25 years after the TV movie "The Day After"
Exactly 25 years ago this month, the largest audience ever for a TV movie tuned to ABC to watch a simulated nuclear holocaust.
In the 1980s, a nuclear war seemed very, very possible.
Host Kurt Andersen recalls, "I can still remember when about a million anti-nuke protestors filled Central Park here in New York."
Twenty-five years ago this month, about half of America, the largest TV audience at that time, tuned in to ABC to have the life scared out of them. The movie was called "The Day After." It was us versus the Soviets: mutually assured destruction, and it was focused on a group of survivors in the heartland of Kansas.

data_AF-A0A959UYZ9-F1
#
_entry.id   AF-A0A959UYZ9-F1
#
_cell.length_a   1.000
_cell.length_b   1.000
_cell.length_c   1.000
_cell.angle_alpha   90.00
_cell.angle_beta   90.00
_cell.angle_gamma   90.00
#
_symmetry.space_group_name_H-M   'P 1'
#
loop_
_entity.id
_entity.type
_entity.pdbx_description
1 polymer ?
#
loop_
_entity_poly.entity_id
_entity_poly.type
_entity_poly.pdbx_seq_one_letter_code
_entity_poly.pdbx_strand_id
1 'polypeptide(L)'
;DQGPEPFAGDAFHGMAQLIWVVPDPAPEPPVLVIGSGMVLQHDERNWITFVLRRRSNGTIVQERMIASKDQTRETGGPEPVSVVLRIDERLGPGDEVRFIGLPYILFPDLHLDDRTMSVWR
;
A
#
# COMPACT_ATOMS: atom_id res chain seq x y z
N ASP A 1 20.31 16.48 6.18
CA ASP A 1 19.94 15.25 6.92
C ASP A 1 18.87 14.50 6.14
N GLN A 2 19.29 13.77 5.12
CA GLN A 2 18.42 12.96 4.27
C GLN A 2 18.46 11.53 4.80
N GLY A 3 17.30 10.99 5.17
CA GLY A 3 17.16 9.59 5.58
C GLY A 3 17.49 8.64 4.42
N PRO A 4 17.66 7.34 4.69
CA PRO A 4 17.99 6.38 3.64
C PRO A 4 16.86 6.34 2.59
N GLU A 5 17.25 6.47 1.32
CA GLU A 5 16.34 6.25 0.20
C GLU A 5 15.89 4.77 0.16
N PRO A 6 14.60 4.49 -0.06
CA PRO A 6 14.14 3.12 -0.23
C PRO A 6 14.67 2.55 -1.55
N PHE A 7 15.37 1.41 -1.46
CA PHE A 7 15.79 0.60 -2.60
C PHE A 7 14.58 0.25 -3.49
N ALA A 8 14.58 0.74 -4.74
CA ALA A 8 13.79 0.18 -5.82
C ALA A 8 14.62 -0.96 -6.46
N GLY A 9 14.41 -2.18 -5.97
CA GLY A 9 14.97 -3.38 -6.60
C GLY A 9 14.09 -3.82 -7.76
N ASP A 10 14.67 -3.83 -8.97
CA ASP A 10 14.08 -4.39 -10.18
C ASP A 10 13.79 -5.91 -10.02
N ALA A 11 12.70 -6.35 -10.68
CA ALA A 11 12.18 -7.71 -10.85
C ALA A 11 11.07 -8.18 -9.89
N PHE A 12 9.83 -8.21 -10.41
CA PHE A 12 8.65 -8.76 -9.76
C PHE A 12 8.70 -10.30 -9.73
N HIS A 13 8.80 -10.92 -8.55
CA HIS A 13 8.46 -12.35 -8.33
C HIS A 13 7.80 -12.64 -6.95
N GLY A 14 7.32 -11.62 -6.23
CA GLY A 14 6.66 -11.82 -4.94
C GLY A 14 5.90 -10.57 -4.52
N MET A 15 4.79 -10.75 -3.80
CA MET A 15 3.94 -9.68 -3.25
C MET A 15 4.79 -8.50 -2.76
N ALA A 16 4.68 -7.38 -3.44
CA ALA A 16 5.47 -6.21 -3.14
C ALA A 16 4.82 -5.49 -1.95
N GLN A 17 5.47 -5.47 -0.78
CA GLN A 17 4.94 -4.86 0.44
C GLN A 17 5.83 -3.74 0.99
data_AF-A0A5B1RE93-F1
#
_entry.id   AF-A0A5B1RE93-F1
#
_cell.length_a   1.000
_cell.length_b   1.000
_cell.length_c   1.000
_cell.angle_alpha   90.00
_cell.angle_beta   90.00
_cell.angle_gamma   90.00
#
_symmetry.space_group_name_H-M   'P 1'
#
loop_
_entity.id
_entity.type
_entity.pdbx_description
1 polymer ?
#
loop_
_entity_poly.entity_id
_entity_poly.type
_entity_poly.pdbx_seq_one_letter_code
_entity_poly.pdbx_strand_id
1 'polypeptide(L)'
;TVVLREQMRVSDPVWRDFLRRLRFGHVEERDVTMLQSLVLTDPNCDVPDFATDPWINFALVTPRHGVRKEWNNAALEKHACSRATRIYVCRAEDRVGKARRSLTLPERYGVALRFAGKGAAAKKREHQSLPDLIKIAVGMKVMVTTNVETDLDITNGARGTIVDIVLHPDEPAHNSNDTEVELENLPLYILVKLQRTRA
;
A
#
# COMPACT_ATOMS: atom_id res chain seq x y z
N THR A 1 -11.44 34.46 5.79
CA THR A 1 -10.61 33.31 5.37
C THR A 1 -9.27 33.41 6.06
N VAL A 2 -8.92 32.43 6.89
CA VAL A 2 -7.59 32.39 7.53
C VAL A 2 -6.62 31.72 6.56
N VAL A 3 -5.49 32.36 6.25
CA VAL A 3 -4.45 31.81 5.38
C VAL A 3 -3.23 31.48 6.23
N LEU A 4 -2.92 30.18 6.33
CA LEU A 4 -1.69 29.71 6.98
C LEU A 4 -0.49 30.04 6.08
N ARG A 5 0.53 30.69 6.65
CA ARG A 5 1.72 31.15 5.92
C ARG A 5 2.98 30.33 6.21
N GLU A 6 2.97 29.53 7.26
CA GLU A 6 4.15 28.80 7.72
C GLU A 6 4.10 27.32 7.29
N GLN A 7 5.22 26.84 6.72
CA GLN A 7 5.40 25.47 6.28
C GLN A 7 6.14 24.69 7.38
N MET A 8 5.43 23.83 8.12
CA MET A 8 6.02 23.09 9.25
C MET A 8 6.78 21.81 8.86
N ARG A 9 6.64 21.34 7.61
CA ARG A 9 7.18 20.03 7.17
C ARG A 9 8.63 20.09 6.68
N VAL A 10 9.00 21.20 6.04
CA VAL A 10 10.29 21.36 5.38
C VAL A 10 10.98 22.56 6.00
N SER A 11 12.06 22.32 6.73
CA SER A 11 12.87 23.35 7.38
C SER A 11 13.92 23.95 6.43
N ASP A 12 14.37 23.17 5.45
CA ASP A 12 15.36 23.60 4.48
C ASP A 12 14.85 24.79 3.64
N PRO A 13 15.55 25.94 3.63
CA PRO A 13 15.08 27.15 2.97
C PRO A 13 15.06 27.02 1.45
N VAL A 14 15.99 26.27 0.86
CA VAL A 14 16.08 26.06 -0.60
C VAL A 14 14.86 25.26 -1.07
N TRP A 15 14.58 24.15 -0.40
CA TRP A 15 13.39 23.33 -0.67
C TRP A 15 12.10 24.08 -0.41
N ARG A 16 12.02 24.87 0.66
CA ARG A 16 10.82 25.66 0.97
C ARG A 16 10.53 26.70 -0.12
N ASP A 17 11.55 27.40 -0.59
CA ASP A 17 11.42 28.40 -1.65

Jason Robards plays a doctor in Kansas City who escapes instant incineration, only to face all of the horrors of the day after.
According to Ronald Reagan's memoirs, that movie on TV left him "greatly depressed," and apparently, encouraged him to negotiate a pivotal nuclear treaty with Gorbechev.
Radio producer Derek Johns phones his 9th grade science teacher to ask her why she saw fit to show the film in class over the course of a week.
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